I’ll just say that I think it’s shameful in our industry, how few companies are actively trying to hire, Blind talent. The impediments not significant, and I think both, I don’t want to speak for Eric, but I know that he’s been open about sharing information with me and with other companies, I’ve been the same in terms of like, the talent that’s out there, the approach the how we work in the recording booths, how we work with blind QC talent, and, and so it’s not like there’s this like, secret sauce, that we’re all keeping hidden. We were both out there talking about it. Because we want other people to do it.

I think the secret sauce is the understanding that the impediment is not significant. It’s the willingness to go beyond the current process and consider accommodations.
That goes beyond anything Blind talent can bring to the table.

It’s almost understandable when you consider how from it’s start, the production of AD has closely aligned with a charity model. Like rehab or social services where the so called experts who studies blindness
determine what Blind people need with little to no involvement FROM THE COMMUNITY.

I will say that I think more blind involvement raises the quality of the audio description, simply because it getting that voice into the creation. And it’s making sure that perspective is represented in the creation. And if you don’t think that’s important, then you don’t think quality is important.

100%. What I’ve said many times is that I don’t think there should be anything proprietary about accessible workflows, I think that that if you figure something out, share it.

Actually, Thomas, to your credit, if we’re going to go even one step further back through talking to you and onboarding you, and working through our first project together and developing the workflows to work with blind voice over talent, I learned a lot. And then I worked with other folks, and they wanted to do a different way. So you know, over the course of the first year and a half, we had four to five different workflows that we just developed. And Reese called me up, and he said, tell me what’s up. And so we did, we got on a call. And we talked and I made that same offer to half a dozen other people and only one other person has ever taken me up on it.

While not many companies reached out to Eric, there were some who were still interested in working with Blind talent.

Personally, I don’t want my accommodation to remotely approach being an over burdening task for someone.
Then again, over burdening is in the eye of the beholder.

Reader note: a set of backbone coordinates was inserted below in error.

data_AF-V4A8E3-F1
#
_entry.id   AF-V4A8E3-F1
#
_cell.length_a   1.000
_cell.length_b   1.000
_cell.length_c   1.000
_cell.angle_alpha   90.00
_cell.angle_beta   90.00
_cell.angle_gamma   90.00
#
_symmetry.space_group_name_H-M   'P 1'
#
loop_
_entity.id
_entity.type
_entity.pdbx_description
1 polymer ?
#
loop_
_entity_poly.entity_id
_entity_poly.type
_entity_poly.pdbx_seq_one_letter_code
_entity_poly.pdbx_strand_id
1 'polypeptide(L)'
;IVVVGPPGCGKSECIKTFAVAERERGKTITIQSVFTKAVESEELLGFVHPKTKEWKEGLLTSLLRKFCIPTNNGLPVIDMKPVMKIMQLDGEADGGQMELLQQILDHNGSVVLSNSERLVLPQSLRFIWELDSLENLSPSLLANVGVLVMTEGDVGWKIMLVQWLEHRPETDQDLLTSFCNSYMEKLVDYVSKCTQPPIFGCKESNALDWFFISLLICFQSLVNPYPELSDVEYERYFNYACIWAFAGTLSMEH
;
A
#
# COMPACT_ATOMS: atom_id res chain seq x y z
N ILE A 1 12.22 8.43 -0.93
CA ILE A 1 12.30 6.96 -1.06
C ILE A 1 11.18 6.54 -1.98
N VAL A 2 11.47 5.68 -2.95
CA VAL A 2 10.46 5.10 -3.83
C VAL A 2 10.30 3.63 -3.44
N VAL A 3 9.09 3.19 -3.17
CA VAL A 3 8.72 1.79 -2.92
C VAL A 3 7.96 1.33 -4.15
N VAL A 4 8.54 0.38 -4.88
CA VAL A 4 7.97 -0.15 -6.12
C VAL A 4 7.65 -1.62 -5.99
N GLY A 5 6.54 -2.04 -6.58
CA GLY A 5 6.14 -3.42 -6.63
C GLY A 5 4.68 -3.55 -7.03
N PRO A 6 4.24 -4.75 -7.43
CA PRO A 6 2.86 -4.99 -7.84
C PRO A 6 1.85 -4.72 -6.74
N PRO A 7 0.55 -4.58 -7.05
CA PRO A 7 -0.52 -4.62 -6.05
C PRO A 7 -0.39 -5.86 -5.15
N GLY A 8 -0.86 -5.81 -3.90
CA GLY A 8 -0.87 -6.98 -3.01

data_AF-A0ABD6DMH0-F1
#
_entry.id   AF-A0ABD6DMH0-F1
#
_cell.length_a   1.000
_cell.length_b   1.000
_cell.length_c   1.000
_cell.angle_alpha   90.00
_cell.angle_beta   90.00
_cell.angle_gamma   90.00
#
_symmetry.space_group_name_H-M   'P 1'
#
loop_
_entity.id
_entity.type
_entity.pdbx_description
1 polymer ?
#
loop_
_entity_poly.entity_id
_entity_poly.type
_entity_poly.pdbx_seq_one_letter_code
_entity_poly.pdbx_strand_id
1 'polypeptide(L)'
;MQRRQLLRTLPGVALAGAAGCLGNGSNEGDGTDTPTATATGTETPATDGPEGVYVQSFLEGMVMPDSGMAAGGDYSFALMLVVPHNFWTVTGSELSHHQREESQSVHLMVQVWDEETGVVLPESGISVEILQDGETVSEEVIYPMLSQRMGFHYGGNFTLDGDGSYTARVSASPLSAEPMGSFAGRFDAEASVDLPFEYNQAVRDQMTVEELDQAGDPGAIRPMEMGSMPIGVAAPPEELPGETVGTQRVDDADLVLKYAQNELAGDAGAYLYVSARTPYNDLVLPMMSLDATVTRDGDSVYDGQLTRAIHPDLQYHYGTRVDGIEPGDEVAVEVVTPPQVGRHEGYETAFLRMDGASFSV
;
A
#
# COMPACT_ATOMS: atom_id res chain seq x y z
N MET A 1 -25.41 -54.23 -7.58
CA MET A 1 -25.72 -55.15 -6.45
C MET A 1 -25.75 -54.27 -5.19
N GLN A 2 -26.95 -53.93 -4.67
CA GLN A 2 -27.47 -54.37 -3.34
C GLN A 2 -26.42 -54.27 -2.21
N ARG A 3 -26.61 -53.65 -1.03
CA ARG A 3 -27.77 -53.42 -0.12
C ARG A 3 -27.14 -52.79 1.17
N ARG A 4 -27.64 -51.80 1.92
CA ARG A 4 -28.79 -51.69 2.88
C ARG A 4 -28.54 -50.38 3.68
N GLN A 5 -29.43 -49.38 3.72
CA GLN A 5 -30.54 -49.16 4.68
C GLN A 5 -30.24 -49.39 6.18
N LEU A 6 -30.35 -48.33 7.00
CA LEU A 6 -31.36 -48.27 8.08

Remember, during the pandemic, the workflow changed for everyone.
AD Narrators were scrambling to setup home studios.
Scripts and voice files were being delivered via the internet. Whether that was through some secured proprietary system or via cloud services like Drop Box, the workflow was similar.

Here’s the thing, once a company realizes it’s process is inaccessible to assistive technology
and refuses to adjust or accommodate for that,
that company is making a decision to exclude Blind professionals. Period!

just three weeks ago, Thomas I had a phone call or an email from another company seeking to work with a blind talent. But telling me, they’re not set up for it. They’re not planning on getting set up for it. So would I mind doing all of the work to record the talent, s them the raw stems, they would then take credit for the project and put it out there like look, we’re working with Bline people, but they didn’t want to do any of the legwork to actually set themselves up to do the work.

They wanted me to do all the work so they could take all the credit this happened like within the last month, and
This is a big company. I’m not going to name names But I could, but it’s a big, much bigger company.

The conversation was embarrassing, but they felt no shame having it with me.
I don’t know if it’s coming across that it’s frustrating. I’m annoyed by it.

TR in Conversation with Eric & Rhys:
A little bit.

I appreciate that frustration.

This conversation is specifically about audio description, but as we approach National Disability Employment Awareness Month in October, we need to consider that whatever is at the core of keeping Blind people out of AD is applicable to every other industry.

What can be done to change this?

I engage on social media. But it wasn’t really until you and I connected Thomas, where like, it started becoming this, this really accelerated workflow, to try to get people involved in the process, But in fairness, that’s because Liz Guttman and I had that conversation, hey, we think this is important. We need to start doing this.

And then as soon as we started doing it, I think Rhys kind of around the same timeframe. He was like, Yeah, us too.
I thought that after we did it, everybody will be like, Yeah, let’s all do it, and not the case, which is incredible.